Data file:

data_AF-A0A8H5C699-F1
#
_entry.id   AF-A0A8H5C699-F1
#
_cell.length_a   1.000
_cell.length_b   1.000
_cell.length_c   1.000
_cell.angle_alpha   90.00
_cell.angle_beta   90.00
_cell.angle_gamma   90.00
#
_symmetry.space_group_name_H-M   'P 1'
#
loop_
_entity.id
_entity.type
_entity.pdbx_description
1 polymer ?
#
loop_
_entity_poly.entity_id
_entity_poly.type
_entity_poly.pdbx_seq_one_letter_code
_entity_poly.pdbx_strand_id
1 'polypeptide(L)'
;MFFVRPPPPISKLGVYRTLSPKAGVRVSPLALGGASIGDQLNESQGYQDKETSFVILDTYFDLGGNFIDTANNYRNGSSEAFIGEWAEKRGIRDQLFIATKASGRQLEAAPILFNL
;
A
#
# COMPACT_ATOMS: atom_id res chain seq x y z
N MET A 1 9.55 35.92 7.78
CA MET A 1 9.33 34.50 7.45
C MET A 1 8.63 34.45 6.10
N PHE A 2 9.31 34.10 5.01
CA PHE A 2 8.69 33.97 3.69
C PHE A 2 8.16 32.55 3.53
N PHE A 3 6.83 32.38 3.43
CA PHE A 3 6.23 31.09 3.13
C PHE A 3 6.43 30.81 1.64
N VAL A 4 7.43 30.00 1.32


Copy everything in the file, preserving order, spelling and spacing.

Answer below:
data_AF-A0A8H5C699-F1
#
_entry.id   AF-A0A8H5C699-F1
#
_cell.length_a   1.000
_cell.length_b   1.000
_cell.length_c   1.000
_cell.angle_alpha   90.00
_cell.angle_beta   90.00
_cell.angle_gamma   90.00
#
_symmetry.space_group_name_H-M   'P 1'
#
loop_
_entity.id
_entity.type
_entity.pdbx_description
1 polymer ?
#
loop_
_entity_poly.entity_id
_entity_poly.type
_entity_poly.pdbx_seq_one_letter_code
_entity_poly.pdbx_strand_id
1 'polypeptide(L)'
;MFFVRPPPPISKLGVYRTLSPKAGVRVSPLALGGASIGDQLNESQGYQDKETSFVILDTYFDLGGNFIDTANNYRNGSSEAFIGEWAEKRGIRDQLFIATKASGRQLEAAPILFNL
;
A
#
# COMPACT_ATOMS: atom_id res chain seq x y z
N MET A 1 9.55 35.92 7.78
CA MET A 1 9.33 34.50 7.45
C MET A 1 8.63 34.45 6.10
N PHE A 2 9.31 34.10 5.01
CA PHE A 2 8.69 33.97 3.69
C PHE A 2 8.16 32.55 3.53
N PHE A 3 6.83 32.38 3.43
CA PHE A 3 6.23 31.09 3.13
C PHE A 3 6.43 30.81 1.64
N VAL A 4 7.43 30.00 1.32